Option Two: Pursuing the ‘Surinder Singh’ (European Free Movement) Route

Alternatively,  an experienced and knowledgeable immigration solicitor can also advise you on whether you, as a British citizen, may be able to avail yourself of the ‘Surinder Singh’ route to bringing your adult dependant relative to join you in the UK under the more forgiving EU Free Movement rules. Generally a British national cannot be treated as an EU national for the purposes of immigration laws, meaning that it is the domestic Immigration Rules that apply to you as opposed to the EU Free Movement laws.

However,  the Surinder Singh  principle concerns the rights of residence of non-EEA family members (including parents and grandparents) of EU citizens who return to their country of origin, upon having spent time in another Member State. In this case, the ECJ ruled that where an EU national goes to another EU country to exercise his treaty rights, he shall be treated as a Union citizen on his return to his country of origin. This would therefore mean that when that individual wishes to sponsor his parent and grandparent to join him in the UK, it will be EU law that shall apply rather than domestic immigration rules.

Where European law applies to you, inviting non-EEA family members to the UK is a much, much easier undertaking as the above mentioned criteria will not apply to you whatsoever. Please contact us if you wish to know more about this route.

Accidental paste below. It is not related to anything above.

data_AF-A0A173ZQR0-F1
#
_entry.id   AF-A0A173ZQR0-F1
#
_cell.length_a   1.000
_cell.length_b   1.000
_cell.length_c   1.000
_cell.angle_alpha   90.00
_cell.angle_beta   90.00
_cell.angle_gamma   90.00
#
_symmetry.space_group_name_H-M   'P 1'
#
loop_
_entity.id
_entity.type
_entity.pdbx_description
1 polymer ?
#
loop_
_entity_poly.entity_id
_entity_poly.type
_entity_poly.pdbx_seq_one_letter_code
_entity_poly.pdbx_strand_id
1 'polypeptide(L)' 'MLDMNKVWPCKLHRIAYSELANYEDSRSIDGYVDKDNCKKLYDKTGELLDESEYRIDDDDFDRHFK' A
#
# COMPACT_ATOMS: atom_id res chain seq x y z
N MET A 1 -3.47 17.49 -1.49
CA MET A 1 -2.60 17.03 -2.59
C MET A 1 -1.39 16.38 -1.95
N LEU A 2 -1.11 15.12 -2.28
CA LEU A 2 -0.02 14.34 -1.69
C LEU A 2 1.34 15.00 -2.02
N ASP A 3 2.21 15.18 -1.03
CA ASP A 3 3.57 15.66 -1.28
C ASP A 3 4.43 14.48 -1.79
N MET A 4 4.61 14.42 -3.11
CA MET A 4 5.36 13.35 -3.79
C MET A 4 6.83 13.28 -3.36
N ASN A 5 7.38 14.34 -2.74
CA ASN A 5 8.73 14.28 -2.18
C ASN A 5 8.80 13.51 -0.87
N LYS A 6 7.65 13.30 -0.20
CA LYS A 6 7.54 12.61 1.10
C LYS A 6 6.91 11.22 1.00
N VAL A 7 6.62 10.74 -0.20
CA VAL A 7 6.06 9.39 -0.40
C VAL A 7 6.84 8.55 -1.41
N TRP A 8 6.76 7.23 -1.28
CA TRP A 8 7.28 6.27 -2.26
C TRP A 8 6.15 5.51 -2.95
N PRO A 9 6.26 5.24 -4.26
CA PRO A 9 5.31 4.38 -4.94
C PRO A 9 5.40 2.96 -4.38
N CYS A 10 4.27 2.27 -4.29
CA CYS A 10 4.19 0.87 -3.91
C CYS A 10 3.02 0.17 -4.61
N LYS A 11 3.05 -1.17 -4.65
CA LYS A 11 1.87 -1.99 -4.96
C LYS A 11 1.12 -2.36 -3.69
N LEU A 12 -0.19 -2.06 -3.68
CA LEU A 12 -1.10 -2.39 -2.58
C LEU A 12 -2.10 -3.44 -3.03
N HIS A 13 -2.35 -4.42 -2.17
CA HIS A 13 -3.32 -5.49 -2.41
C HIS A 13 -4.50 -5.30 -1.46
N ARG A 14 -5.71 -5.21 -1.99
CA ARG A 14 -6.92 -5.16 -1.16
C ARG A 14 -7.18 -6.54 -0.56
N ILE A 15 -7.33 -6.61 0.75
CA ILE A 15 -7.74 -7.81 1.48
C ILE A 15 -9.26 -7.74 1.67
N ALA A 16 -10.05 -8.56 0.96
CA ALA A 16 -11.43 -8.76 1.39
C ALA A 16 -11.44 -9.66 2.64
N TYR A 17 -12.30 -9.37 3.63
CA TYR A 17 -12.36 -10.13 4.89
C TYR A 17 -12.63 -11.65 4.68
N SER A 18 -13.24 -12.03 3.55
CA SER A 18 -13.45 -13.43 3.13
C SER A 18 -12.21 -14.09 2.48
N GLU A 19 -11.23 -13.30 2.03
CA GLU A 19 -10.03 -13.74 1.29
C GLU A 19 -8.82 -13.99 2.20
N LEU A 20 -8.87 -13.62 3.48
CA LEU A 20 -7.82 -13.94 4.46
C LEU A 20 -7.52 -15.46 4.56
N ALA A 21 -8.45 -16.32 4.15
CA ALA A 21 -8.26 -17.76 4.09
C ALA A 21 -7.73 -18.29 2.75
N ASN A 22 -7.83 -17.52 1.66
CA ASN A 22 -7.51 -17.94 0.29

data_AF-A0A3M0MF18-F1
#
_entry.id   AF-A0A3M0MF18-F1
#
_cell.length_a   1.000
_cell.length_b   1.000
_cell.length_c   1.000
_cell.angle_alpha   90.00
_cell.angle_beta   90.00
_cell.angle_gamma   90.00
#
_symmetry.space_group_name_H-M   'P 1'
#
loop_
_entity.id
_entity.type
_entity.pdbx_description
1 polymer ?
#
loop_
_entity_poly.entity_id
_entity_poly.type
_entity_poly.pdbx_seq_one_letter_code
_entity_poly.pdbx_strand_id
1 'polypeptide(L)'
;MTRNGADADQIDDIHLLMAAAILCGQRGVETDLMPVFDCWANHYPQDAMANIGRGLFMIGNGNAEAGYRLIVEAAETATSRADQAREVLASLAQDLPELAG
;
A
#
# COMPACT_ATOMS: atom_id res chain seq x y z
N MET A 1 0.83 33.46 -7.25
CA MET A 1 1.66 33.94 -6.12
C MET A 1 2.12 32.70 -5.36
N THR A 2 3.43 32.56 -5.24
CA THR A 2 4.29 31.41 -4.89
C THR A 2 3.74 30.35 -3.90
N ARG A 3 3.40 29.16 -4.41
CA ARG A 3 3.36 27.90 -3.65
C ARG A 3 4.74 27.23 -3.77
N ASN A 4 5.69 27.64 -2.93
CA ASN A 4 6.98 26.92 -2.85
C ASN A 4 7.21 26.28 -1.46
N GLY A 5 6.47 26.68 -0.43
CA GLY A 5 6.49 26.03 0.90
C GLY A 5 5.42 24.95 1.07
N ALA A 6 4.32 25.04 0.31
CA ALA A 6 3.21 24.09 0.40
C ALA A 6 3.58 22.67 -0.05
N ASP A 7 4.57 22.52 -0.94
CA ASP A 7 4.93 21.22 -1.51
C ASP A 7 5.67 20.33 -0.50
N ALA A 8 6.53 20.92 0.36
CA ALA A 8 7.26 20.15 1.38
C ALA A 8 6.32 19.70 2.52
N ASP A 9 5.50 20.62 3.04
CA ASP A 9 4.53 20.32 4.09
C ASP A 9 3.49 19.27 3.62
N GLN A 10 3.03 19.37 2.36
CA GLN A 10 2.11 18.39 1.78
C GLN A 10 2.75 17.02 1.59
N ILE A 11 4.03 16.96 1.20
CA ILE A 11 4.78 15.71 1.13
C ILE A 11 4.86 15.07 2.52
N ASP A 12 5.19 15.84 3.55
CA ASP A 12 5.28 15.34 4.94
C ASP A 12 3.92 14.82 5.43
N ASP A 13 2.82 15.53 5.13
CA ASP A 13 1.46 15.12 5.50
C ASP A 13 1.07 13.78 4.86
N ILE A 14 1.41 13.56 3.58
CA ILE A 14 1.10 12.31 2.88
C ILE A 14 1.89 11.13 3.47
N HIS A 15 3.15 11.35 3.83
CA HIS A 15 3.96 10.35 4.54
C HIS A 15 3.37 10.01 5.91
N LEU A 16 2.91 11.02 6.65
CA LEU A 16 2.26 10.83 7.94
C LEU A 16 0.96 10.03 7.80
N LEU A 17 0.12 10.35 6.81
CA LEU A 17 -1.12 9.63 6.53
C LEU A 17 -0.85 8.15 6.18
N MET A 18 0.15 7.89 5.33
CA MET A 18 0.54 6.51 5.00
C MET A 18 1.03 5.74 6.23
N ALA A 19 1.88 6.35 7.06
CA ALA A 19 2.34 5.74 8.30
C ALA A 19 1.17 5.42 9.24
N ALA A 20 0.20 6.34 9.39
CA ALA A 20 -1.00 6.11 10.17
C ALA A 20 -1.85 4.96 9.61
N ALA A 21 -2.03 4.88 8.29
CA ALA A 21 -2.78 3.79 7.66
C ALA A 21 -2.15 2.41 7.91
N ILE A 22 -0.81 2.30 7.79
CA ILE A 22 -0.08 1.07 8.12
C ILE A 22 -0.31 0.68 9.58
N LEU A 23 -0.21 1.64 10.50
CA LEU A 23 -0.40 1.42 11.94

Off course, as I realise, the above options are far from ideal as it may be not practical to expect an elderly parent who needs someone to care for them become a frequent flyer (not to mention that the cost would be enough to make some bankrupt). The EU route may also not be suitable for many who can not up and leave to go to another EU state, given that they have jobs and their immediate family (spouse and children) here in the UK.

We, at City Legal, believe all is not lost and migrant families should continue putting pressure on the government to come up with a more family friendly way to deal with immigration. It is ridiculous to expect to benefit from a specialist doctor from India but expect them to not have a family! Sorry, but highly skilled migrant workers and their families come as a package, we can’t have one without the other.

Disclaimer: No material or information provided on this website should be construed as legal advice. Readers should always seek appropriate professional advice to resolve their Legal Matters.
About the Author

  Editorial Team

The editorial team is a group of team members at City Legal, focusing on the same area of law, contributing together to publish articles on our website and social media platforms.

One comment on “Alternatives to the Adult Dependant Relatives Visa”

  1. Unfortunately I was one of those who applied ADR visa and failed. Now I felt I have no way to help my mother to come and visit me in the UK again. I don’t know if there is actually a visit visa being granted after ADR visa failed? If the situation is completely changed ?

Leave a Reply

Your email address will not be published. Required fields are marked *

linkedin facebook pinterest youtube rss twitter instagram facebook-blank rss-blank linkedin-blank pinterest youtube twitter instagram